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Deadly severe weather roars through several states, spawning potential tornadoes

The Columbian
Published: April 2, 2024, 12:35pm

Thousands of homes and businesses were without power Tuesday as severe weather roared through several states, causing at least one death and spawning possible tornadoes.

In West Virginia, about 140,000 customers were without electricity Tuesday afternoon, or about 14% of all customers tracked in the state by poweroutage.us. Meanwhile, a spring snowstorm was expected to drop more than a foot of snow in Wisconsin.

One of the hardest-hit areas was northeastern Oklahoma, where a strong weather system containing heavy rains produced three suspected tornadoes. The storms were also blamed for the death of a 46-year-old homeless woman in Tulsa who died inside a drainage pipe, police said.

Tulsa Fire Department spokesperson Andy Little said the woman’s boyfriend told authorities the two had gone to sleep at the entrance of the drainage pipe and were awakened by the flood waters. National Weather Service meteorologist Robert Darby said up to 1.5 inches (3.81 centimeters) of rain fell in Tulsa in about one hour before moving northeastward out of the state.

“It wasn’t a whole lot. But when it came down it was pretty rapid,” Darby said.

In Ohio, firefighters came to the rescue of two people who were trapped under a bridge early Tuesday when the waters of an Ohio river began rising, and forecasters warned more severe weather was headed to the area.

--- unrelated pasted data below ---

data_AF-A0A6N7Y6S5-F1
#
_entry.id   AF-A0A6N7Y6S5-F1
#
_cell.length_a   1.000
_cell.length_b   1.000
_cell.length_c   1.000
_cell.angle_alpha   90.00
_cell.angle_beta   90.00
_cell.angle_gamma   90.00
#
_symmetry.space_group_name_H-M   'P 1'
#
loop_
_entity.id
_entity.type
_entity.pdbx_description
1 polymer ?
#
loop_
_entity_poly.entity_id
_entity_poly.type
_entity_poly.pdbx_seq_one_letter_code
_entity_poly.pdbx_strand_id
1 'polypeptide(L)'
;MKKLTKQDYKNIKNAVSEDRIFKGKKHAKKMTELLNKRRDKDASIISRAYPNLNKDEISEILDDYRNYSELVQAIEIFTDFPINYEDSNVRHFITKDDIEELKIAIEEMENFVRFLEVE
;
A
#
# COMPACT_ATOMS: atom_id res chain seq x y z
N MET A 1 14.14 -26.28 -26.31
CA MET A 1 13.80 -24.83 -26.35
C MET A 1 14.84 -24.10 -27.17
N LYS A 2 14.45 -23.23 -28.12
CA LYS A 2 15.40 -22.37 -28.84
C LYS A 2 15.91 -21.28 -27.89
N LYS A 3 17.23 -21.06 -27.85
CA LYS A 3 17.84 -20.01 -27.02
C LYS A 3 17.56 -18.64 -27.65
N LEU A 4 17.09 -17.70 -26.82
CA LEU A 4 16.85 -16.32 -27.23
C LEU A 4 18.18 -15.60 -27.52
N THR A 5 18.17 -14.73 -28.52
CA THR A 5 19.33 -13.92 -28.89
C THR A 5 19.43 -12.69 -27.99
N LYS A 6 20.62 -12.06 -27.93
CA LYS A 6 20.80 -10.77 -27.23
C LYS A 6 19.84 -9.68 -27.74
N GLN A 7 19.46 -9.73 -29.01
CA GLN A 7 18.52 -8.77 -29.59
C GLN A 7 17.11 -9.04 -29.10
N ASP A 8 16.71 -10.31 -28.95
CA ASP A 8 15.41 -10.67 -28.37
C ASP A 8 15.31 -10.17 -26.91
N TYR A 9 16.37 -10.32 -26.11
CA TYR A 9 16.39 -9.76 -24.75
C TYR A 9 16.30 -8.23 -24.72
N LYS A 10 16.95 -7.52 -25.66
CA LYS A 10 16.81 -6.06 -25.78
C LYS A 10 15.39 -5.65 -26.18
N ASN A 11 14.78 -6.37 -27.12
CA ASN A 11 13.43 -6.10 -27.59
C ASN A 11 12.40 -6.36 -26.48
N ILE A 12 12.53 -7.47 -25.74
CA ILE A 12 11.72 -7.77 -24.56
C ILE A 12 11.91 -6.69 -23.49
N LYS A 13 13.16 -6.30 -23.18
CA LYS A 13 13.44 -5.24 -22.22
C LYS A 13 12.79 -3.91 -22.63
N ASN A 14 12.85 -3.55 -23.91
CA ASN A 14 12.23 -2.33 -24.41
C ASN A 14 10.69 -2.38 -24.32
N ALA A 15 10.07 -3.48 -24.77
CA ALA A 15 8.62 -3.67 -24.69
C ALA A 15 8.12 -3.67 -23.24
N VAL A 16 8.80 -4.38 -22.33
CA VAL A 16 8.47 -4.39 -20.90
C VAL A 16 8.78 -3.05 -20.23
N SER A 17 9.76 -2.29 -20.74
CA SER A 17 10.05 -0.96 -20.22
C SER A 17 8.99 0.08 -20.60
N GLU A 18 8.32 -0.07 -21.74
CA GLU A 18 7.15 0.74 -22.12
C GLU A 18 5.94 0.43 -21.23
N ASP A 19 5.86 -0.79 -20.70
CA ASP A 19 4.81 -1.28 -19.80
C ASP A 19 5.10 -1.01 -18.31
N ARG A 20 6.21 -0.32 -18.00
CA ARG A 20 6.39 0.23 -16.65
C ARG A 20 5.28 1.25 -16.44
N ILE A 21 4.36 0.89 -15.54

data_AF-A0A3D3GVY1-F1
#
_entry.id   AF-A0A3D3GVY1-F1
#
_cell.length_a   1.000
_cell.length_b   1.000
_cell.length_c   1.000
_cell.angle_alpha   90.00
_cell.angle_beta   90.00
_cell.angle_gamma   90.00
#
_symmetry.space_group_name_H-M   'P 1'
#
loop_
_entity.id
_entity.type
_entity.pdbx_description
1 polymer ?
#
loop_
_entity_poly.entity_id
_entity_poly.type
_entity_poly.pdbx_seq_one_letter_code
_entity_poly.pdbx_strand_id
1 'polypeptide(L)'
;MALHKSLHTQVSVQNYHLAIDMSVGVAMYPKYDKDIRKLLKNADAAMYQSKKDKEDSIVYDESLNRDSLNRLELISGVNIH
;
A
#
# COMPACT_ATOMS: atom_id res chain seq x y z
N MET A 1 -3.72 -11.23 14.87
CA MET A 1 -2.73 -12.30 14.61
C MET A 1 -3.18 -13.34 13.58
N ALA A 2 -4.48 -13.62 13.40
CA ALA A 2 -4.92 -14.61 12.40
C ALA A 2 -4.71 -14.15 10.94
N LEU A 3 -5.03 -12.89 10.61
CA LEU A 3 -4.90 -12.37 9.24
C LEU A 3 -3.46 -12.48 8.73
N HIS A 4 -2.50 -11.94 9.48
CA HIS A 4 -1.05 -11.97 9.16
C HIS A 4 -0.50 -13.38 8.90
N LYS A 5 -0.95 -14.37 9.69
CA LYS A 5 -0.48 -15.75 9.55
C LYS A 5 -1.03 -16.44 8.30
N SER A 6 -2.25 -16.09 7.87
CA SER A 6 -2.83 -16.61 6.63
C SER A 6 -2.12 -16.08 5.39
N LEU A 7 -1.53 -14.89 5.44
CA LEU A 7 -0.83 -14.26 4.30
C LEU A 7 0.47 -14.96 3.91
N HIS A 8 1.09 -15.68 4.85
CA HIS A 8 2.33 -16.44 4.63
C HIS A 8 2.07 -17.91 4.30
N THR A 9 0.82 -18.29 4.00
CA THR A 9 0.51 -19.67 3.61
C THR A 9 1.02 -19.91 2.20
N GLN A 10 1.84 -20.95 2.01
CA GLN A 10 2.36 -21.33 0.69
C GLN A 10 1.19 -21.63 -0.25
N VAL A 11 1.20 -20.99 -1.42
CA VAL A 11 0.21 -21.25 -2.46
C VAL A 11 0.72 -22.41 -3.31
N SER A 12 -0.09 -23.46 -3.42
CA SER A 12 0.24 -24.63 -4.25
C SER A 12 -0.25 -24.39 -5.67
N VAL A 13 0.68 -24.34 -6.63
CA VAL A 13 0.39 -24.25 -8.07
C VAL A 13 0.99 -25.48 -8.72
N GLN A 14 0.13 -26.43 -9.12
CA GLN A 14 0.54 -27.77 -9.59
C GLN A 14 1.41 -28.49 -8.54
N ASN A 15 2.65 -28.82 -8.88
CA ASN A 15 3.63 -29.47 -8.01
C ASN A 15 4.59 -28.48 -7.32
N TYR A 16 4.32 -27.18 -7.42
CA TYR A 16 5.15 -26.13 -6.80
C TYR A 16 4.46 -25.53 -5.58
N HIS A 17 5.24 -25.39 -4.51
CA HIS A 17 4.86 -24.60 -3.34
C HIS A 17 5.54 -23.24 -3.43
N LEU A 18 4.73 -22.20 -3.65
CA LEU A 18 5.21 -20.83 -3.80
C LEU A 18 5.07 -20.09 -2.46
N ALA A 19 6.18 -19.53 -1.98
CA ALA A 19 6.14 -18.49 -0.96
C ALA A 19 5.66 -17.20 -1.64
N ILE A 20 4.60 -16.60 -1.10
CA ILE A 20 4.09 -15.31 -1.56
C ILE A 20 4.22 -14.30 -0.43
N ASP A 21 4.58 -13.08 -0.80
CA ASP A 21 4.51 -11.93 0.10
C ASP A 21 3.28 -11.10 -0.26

The two people were sleeping under the bridge around 8:45 a.m. when the Scioto River started to rise, the Columbus Fire Department reported. While the pair were never directly in the water, the flooding prevented them from returning to the shore, so a fire department boat was sent to rescue them.

No injuries were reported.

In southern Ohio, Mindy Broughton, 49, rushed into her mobile home Tuesday morning as the hail began pouring down and the winds picked up at the RV Park where she has lived near Hanging Rock for two years.

Broughton and her finance hunkered down as the mobile home quickly began rocking. Broughton said her finance used his body to shield her as the winds raged outside.

“I said I think we may die today,” she said.

In a matter of seconds, the winds died down. When Broughton opened her mobile home door, she saw the devastation left behind. The RV Park was littered with debris and overturned RVs. Luckily, Broughton said there was no one inside the overturned mobile homes that could be seen in her Facebook Live video.

One neighbor told Broughton that he had seen a funnel cloud. The National Weather Service of Charleston, West Virginia, had issued a tornado warning for the Mid-Ohio valley Tuesday morning.

After Tuesday’s storm, Broughton headed to a nearby American Legion building. She said she’s not sticking around in case the weather worsens.

Severe storms also swept through far southwestern Indiana on Tuesday morning, toppling trees and causing power outages, leading several local school districts to cancel the day’s classes. More than 18,000 homes and businesses were without power shortly before noon Tuesday, including in Vanderburgh County, home to Evansville, Indiana’s third-largest city.

Residents in Wisconsin were bracing for a spring snowstorm that forecasters warned could dump more than a foot of snow in eastern parts of the state, including the Green Bay area. The state’s top election official, Meagan Wolfe, urged residents planning to vote in Tuesday’s presidential primaries to consider voting earlier in the day, depending on their local forecast, to avoid travel woes.